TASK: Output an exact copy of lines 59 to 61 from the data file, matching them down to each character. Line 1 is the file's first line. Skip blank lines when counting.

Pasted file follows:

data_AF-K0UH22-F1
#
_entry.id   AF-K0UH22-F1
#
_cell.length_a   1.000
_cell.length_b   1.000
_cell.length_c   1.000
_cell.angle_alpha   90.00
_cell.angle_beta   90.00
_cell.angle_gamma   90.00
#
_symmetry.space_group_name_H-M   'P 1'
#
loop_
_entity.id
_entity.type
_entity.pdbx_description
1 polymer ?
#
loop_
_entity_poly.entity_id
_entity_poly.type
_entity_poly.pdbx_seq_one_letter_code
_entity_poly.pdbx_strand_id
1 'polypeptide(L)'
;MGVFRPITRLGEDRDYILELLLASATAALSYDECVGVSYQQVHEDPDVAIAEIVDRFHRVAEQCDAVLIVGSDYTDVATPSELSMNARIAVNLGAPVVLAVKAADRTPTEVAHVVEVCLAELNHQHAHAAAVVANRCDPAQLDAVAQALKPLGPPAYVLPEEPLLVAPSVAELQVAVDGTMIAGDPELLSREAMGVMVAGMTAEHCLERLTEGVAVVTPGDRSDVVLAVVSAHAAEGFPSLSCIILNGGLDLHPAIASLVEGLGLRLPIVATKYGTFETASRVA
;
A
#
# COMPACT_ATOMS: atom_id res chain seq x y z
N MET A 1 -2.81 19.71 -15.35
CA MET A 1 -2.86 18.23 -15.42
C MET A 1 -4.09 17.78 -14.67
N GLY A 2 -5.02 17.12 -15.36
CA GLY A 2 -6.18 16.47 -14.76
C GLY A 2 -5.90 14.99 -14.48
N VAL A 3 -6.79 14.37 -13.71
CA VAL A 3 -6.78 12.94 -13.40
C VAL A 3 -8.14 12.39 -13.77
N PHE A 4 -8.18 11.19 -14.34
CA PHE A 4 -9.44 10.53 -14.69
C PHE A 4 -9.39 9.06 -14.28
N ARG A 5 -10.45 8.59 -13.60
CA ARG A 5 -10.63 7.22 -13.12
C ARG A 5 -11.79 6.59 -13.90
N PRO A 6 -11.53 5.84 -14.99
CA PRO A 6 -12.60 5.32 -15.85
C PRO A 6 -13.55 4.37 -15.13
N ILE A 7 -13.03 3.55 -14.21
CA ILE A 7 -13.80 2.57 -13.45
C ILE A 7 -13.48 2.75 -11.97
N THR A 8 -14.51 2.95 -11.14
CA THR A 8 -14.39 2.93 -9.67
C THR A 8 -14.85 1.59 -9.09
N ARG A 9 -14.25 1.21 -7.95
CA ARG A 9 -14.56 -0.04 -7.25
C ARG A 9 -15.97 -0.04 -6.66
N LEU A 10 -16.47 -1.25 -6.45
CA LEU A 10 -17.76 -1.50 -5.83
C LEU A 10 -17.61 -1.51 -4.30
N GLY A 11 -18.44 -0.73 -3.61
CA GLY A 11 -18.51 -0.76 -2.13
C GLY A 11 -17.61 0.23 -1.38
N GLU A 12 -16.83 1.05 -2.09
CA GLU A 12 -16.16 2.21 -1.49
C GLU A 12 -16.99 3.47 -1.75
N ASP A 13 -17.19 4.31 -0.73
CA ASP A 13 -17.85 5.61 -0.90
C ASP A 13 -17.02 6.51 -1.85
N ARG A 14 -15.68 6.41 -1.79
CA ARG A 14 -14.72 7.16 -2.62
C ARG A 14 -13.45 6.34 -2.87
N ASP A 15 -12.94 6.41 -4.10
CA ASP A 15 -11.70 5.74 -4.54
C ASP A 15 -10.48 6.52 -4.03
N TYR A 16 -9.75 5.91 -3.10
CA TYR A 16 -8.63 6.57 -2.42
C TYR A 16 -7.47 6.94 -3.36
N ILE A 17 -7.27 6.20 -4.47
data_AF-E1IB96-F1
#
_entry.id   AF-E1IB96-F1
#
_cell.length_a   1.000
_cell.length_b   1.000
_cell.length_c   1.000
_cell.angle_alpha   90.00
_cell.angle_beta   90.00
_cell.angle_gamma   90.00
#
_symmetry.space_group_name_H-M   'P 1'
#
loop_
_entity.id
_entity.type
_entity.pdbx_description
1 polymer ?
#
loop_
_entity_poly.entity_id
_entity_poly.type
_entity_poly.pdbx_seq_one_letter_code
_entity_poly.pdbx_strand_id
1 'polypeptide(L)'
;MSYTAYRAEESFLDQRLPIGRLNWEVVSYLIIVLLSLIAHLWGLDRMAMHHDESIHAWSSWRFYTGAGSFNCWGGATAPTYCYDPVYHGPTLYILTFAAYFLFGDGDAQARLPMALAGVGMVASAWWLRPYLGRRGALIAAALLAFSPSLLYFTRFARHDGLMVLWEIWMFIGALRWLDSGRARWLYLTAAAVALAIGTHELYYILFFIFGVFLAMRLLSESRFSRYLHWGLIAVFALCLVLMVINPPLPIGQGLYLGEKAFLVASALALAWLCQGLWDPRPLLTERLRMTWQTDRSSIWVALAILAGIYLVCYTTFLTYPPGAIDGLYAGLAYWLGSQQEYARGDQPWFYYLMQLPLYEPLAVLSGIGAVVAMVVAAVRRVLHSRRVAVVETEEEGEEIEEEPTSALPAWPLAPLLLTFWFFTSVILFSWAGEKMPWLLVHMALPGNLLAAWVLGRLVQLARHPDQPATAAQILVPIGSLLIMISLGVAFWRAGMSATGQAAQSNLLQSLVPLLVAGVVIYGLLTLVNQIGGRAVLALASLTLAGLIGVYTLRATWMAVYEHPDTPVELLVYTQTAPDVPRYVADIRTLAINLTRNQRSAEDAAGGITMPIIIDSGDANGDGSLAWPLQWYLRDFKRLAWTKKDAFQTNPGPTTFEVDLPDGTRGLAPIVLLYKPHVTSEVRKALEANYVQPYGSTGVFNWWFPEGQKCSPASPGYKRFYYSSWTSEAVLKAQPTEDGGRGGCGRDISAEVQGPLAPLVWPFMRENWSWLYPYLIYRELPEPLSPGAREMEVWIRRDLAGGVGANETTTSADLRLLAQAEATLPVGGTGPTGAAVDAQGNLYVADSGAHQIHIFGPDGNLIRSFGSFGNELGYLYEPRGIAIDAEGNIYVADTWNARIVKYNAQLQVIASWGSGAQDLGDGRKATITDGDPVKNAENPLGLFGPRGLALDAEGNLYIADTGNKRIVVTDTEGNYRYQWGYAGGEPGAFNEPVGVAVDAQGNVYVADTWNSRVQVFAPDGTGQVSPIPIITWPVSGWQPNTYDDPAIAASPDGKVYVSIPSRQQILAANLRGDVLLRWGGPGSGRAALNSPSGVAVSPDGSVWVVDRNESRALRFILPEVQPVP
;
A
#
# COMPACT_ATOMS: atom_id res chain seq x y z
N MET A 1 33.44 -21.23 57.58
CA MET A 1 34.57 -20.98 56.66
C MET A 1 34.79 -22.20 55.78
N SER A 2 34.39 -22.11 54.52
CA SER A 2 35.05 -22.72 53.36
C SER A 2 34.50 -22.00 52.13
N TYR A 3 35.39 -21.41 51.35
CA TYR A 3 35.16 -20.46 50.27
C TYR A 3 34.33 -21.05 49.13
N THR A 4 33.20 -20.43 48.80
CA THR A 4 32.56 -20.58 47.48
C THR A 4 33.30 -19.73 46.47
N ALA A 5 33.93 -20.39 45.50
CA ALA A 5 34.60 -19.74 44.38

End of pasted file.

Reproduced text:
CA LEU A 10 -17.76 -1.50 -5.83
C LEU A 10 -17.61 -1.51 -4.30
N GLY A 11 -18.44 -0.73 -3.61